Total DNA of the silica-gel dried material of Meiogyne kwangtungensis (Q. L. Wang 20200528002, IBSC) was extracted using a modified CTAB method (Doyle and Doyle 1987). Five chloroplast regions (psbA-trnH, trnL-F, matK, rbcL, and atpB-rbcL) were newly generated. For detailed information on PCR amplification and primer sequences we refer to Su et al. (2008). 54 Pseuduvaria species from Su et al. (2010) were included in this study. Monocarpia euneura Miq. and 14 species in the tribe Miliuseae were selected as outgroups based on the phylogenetic framework reported in previous studies (Chatrou et al. 2012; Chaowasku et al. 2014; Guo et al. 2017; Xue et al. 2018, 2020a). Sequences were downloaded from the nucleotide database of the National Centre for Biotechnology Information ( The final data matrix comprised a total of 70 species of Annonaceae. The information on sequence alignment can be found in Xue et al. (2018).

Detailed information about the samples, localities and GenBank accession numbers are all listed in the Appendix 1.

Phylogenetic analyses were done using Bayesian Inference (BI) and maximum likelihood (ML) methods. The information on model selection of the sequence matrix constructed could refer to Xue et al. (2018). The best partition scheme suggested five partitions based on DNA region identity with GTR + I + Γ chosen for matK and rbcL; and GTR + Γ selected for atpB-rbcL, psbA-trnH and trnL-F regions. Detailed methods for tree reconstruction could refer to Xue et al. (2018) and Xue et al. (2020b).


The morphological observation is illustrated in Figs 1, 2, and discussed in detail below.

The concatenated alignment of the 70-taxon dataset consisted of 4,261 aligned positions (psbA-trnH: 430 bp, trnL-F: 891 bp, matK: 810 bp, rbcL: 1,343 bp, and atpB-rbcL: 787 bp). The Bayesian analyses and ML resulted in similar topologies. The 50% majority-rule consensus tree resulting from the Bayesian analyses under five-partitioned model is shown as Fig. 3.

The backbone of the tribe Miliuseae is not well resolved as in previous studies. The sampled Pseuduvaria species form a well-supported clade (PP = 1; ML BS = 99%; Fig. 3). The three Meiogyne species, viz. Meiogyne mindorensis (Merr.) Heusden, M. pannosa (Dalzell) J. Sinclair, and M. virgata (Blume) Miq. form a well-supported clade (PP = 1; ML BS = 96%; Fig. 3). Meiogyne kwangtungensis, however, is not retrieved in the same clade as the three Meiogyne species sampled, but nested within Pseuduvaria clade, and closely related to Pseuduvaria gardneri Y. C. F. Su, Chaowasku & R. M. K. Saunders, P. fragrans Y. C. F. Su, Chaowasku & R. M. K. Saunders and P. multiovulata (C. E. C. Fischer) J. Sinclair (PP =1; ML BS = 91%; Fig. 3).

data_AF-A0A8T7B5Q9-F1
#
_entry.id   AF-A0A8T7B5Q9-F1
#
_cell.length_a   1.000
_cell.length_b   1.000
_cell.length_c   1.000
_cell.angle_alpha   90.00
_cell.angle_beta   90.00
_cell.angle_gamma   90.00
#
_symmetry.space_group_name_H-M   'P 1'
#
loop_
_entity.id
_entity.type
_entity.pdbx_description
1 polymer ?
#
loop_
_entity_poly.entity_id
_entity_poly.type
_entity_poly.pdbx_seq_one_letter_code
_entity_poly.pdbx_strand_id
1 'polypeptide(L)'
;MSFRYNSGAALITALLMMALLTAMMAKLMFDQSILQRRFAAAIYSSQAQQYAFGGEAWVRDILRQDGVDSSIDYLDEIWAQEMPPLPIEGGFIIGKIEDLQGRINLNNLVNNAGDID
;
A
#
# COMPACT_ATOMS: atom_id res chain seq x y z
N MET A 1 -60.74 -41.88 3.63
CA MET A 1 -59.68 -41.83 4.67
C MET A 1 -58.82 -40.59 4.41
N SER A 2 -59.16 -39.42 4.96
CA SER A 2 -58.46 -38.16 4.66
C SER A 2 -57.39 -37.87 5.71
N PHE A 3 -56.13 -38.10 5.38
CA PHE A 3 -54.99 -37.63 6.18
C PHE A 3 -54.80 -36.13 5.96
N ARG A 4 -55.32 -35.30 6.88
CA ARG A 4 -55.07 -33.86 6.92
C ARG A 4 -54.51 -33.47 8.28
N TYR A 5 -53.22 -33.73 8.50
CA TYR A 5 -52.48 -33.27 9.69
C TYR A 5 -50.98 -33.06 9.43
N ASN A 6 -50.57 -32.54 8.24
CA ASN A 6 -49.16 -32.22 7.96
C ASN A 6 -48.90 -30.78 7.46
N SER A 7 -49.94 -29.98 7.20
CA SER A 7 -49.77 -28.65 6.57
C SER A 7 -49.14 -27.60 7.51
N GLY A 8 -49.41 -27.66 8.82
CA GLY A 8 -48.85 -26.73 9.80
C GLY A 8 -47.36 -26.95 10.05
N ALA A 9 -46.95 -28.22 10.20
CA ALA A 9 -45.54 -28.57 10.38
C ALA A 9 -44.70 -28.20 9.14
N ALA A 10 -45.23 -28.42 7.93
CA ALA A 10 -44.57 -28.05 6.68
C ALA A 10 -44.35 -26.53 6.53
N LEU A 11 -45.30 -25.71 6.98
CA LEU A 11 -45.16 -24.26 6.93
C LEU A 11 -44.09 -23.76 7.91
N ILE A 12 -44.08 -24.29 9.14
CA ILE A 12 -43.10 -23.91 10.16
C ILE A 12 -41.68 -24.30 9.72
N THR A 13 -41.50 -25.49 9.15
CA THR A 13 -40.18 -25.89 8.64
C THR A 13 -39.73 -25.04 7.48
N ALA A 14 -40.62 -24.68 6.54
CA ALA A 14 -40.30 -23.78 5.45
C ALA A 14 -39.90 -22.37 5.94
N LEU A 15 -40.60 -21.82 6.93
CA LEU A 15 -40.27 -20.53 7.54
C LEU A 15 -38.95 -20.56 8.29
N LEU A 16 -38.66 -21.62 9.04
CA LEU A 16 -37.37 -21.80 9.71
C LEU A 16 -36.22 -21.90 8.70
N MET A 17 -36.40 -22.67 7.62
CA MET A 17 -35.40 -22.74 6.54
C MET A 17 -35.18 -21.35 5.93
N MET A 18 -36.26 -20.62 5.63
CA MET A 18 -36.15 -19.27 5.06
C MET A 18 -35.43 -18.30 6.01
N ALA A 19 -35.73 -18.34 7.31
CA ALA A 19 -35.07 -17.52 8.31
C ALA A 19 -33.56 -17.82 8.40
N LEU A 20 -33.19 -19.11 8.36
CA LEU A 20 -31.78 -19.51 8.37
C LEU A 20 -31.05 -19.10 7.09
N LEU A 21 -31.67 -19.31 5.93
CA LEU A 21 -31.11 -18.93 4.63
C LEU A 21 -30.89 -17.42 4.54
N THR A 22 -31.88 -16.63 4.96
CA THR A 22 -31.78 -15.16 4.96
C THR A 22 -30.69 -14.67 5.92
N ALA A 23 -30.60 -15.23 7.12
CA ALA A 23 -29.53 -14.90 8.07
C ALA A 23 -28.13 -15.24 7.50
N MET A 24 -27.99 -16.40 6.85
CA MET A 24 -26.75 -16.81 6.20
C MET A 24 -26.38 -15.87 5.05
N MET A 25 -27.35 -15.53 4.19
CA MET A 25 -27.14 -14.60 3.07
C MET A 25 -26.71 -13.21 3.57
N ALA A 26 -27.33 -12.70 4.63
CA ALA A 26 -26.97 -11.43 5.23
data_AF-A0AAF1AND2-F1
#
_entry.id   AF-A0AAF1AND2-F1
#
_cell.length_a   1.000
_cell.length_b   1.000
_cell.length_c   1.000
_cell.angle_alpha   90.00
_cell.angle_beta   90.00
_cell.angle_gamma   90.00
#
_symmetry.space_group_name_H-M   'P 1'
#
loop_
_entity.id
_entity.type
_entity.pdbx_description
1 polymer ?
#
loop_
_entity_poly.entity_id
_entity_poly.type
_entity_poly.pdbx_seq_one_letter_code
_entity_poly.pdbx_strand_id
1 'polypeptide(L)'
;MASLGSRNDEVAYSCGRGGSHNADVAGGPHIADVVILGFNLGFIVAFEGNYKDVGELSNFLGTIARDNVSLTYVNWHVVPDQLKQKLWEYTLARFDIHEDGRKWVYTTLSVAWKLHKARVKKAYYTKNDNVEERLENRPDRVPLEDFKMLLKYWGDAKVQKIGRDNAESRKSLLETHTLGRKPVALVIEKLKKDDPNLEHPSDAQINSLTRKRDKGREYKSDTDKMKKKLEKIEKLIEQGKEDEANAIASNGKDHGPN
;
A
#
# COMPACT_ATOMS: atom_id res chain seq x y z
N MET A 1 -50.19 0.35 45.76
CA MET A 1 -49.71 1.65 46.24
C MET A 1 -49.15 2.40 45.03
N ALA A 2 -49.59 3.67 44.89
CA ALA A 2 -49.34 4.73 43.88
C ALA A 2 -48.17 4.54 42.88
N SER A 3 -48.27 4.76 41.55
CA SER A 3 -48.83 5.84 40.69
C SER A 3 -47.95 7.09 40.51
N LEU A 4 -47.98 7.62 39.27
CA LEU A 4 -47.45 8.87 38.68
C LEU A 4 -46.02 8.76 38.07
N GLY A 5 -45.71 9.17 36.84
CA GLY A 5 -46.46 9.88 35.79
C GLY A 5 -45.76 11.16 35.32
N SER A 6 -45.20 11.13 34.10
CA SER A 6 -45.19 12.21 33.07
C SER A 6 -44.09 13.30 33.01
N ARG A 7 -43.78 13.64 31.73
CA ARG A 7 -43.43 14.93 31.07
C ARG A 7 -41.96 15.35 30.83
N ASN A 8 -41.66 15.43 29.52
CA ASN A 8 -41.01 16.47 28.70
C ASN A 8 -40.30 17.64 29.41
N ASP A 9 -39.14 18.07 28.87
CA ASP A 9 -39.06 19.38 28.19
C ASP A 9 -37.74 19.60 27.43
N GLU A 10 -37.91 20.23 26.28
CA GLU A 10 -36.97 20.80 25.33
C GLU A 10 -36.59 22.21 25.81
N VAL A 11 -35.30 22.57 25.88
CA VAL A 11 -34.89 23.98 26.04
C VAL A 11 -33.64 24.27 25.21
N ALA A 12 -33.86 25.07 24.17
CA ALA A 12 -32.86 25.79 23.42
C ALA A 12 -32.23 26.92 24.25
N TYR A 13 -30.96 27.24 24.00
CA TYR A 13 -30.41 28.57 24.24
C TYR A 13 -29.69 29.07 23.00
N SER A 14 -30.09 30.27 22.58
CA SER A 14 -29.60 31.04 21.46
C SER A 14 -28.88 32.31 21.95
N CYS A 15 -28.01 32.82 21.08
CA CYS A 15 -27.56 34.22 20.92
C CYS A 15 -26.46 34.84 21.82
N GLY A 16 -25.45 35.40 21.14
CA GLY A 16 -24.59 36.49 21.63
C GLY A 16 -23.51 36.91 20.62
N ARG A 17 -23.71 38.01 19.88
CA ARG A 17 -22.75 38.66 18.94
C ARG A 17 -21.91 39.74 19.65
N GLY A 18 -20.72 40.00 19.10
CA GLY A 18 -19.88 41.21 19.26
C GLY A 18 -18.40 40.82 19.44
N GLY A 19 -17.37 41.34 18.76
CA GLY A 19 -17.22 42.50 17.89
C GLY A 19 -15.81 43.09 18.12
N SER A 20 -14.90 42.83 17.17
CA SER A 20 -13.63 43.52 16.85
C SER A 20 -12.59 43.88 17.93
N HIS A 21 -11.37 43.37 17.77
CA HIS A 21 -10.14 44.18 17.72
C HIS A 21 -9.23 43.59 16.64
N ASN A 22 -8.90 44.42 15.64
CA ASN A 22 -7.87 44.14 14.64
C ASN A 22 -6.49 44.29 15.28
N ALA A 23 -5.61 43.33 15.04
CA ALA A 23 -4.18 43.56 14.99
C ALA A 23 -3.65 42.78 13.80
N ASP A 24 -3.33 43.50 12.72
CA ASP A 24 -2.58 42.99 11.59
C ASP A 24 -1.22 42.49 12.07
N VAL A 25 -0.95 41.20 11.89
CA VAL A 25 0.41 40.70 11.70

Figure 1. 

Morphology of Pseuduvaria kwangtungensis, comb. nov. A flowering branch B inflorescence C bottom view of a male flower D side view of a male flower E male flower, top view, inner petals manually separated to show adaxial inner petal surface with paired glands F a female flower G gynoecium of the female flower, showing three carpels and two staminodes (with black and white arrows) H fruits I inside of a monocarp, showing seeds in two series J Single dried seed, showing the grooved raphe K section of the seed, showing the spiniform endosperm rumination. Photos: Q. L. Wang (A–I); B. Xue (J, K).

Figure 2. 

Specimen morphology of Pseuduvaria kwangtungensis, comb. nov. A adaxial view of the leaf base and the petiole B abaxial view of the leaf base and the petiole C close-up of the adaxial surface of the outer petal, showing the dense tiny golden glands D dried androecium, showing the morphology of the stamens E dried gynoecium, showing the hairy carpels F dried monocarp, showing the pubescent indumentum and the shallowly transversely constriction between seed. Photos: B. Xue.

Figure 3. 

Bayesian 50% majority-rule consensus tree under partitioned models (cpDNA data: atpB-rbcL, matK, psbA-trnH, rbcL, and trnL-F; 70 taxa). Numbers at the nodes indicate Bayesian posterior probabilities and maximum likelihood bootstrap values (> 50%) in that order.


With the new collections of the flowering specimens of Meiogyne kwangtungensis, the enigmatic identity of this species is resolved. The flowers of Meiogyne kwangtungensis are unisexual (Fig. 1D–G). Both female and male flowers are characterized by having longer inner petals that are apically connivent over the reproductive parts to form a mitriform dome (Fig. 1B, D, F). The inner petals are differentiated into distinct blades and claws, with the adaxial surface of the claw of the inner petal bearing two protruding glands (Fig. 1E). The stamen has a flat-topped connective extending over the thecae (‘uvarioid’ sesu Prantl 1891; Mols et al. 2004) (Fig. 1E, 2D). These characters are completely different from that of the Meiogyne species. In contrast, flowers of Meiogyne are bisexual; both whorls of petals are sub-equal and similar in shape; the inner petals are not connivent either. Therefore, the flower morphology of Meiogyne kwangtungensis is consistent with that of Pseuduvaria, which immediately confirmed its affinity with Pseuduvaria.